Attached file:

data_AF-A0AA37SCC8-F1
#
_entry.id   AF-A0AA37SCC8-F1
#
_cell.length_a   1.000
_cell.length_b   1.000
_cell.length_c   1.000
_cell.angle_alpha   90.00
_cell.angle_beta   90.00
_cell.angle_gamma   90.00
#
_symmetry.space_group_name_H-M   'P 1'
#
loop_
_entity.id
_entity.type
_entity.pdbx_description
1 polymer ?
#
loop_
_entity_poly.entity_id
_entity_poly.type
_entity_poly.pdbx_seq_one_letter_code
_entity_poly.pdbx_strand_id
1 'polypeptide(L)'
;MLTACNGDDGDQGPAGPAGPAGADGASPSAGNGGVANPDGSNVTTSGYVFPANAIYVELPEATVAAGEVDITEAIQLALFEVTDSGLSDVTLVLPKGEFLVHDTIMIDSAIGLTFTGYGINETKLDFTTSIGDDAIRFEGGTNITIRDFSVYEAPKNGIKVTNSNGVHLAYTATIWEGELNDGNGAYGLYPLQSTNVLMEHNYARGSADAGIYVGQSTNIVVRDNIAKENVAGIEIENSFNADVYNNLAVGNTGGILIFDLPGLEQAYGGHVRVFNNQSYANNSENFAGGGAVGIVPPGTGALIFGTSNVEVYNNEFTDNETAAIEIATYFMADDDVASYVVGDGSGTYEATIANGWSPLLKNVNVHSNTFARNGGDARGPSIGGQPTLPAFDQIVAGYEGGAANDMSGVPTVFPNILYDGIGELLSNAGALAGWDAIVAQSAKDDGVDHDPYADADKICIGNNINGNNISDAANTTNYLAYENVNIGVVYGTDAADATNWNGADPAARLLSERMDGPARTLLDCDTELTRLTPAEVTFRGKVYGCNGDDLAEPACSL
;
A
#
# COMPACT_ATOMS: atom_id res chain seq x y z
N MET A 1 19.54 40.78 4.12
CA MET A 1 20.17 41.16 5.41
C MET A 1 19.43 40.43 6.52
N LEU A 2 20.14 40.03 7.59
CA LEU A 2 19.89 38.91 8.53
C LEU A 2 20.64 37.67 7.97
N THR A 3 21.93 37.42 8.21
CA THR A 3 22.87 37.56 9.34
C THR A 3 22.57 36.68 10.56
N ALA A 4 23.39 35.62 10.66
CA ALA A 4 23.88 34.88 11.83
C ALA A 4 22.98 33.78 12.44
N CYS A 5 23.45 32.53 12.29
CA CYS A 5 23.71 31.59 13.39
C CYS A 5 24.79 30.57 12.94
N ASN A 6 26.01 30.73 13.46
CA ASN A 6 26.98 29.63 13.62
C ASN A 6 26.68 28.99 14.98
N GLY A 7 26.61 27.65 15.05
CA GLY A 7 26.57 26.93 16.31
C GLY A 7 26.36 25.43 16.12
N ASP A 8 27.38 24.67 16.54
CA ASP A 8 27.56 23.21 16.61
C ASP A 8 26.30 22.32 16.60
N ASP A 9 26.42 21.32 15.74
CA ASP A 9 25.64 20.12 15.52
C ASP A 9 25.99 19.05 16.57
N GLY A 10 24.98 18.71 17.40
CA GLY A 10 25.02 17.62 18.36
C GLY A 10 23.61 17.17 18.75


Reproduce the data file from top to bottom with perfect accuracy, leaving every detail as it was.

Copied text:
data_AF-A0AA37SCC8-F1
#
_entry.id   AF-A0AA37SCC8-F1
#
_cell.length_a   1.000
_cell.length_b   1.000
_cell.length_c   1.000
_cell.angle_alpha   90.00
_cell.angle_beta   90.00
_cell.angle_gamma   90.00
#
_symmetry.space_group_name_H-M   'P 1'
#
loop_
_entity.id
_entity.type
_entity.pdbx_description
1 polymer ?
#
loop_
_entity_poly.entity_id
_entity_poly.type
_entity_poly.pdbx_seq_one_letter_code
_entity_poly.pdbx_strand_id
1 'polypeptide(L)'
;MLTACNGDDGDQGPAGPAGPAGADGASPSAGNGGVANPDGSNVTTSGYVFPANAIYVELPEATVAAGEVDITEAIQLALFEVTDSGLSDVTLVLPKGEFLVHDTIMIDSAIGLTFTGYGINETKLDFTTSIGDDAIRFEGGTNITIRDFSVYEAPKNGIKVTNSNGVHLAYTATIWEGELNDGNGAYGLYPLQSTNVLMEHNYARGSADAGIYVGQSTNIVVRDNIAKENVAGIEIENSFNADVYNNLAVGNTGGILIFDLPGLEQAYGGHVRVFNNQSYANNSENFAGGGAVGIVPPGTGALIFGTSNVEVYNNEFTDNETAAIEIATYFMADDDVASYVVGDGSGTYEATIANGWSPLLKNVNVHSNTFARNGGDARGPSIGGQPTLPAFDQIVAGYEGGAANDMSGVPTVFPNILYDGIGELLSNAGALAGWDAIVAQSAKDDGVDHDPYADADKICIGNNINGNNISDAANTTNYLAYENVNIGVVYGTDAADATNWNGADPAARLLSERMDGPARTLLDCDTELTRLTPAEVTFRGKVYGCNGDDLAEPACSL
;
A
#
# COMPACT_ATOMS: atom_id res chain seq x y z
N MET A 1 19.54 40.78 4.12
CA MET A 1 20.17 41.16 5.41
C MET A 1 19.43 40.43 6.52
N LEU A 2 20.14 40.03 7.59
CA LEU A 2 19.89 38.91 8.53
C LEU A 2 20.64 37.67 7.97
N THR A 3 21.93 37.42 8.21
CA THR A 3 22.87 37.56 9.34
C THR A 3 22.57 36.68 10.56
N ALA A 4 23.39 35.62 10.66
CA ALA A 4 23.88 34.88 11.83
C ALA A 4 22.98 33.78 12.44
N CYS A 5 23.45 32.53 12.29
CA CYS A 5 23.71 31.59 13.39
C CYS A 5 24.79 30.57 12.94
N ASN A 6 26.01 30.73 13.46
CA ASN A 6 26.98 29.63 13.62
C ASN A 6 26.68 28.99 14.98
N GLY A 7 26.61 27.65 15.05
CA GLY A 7 26.57 26.93 16.31
C GLY A 7 26.36 25.43 16.12
N ASP A 8 27.38 24.67 16.54
CA ASP A 8 27.56 23.21 16.61
C ASP A 8 26.30 22.32 16.60
N ASP A 9 26.42 21.32 15.74
CA ASP A 9 25.64 20.12 15.52
C ASP A 9 25.99 19.05 16.57
N GLY A 10 24.98 18.71 17.40
CA GLY A 10 25.02 17.62 18.36
C GLY A 10 23.61 17.17 18.75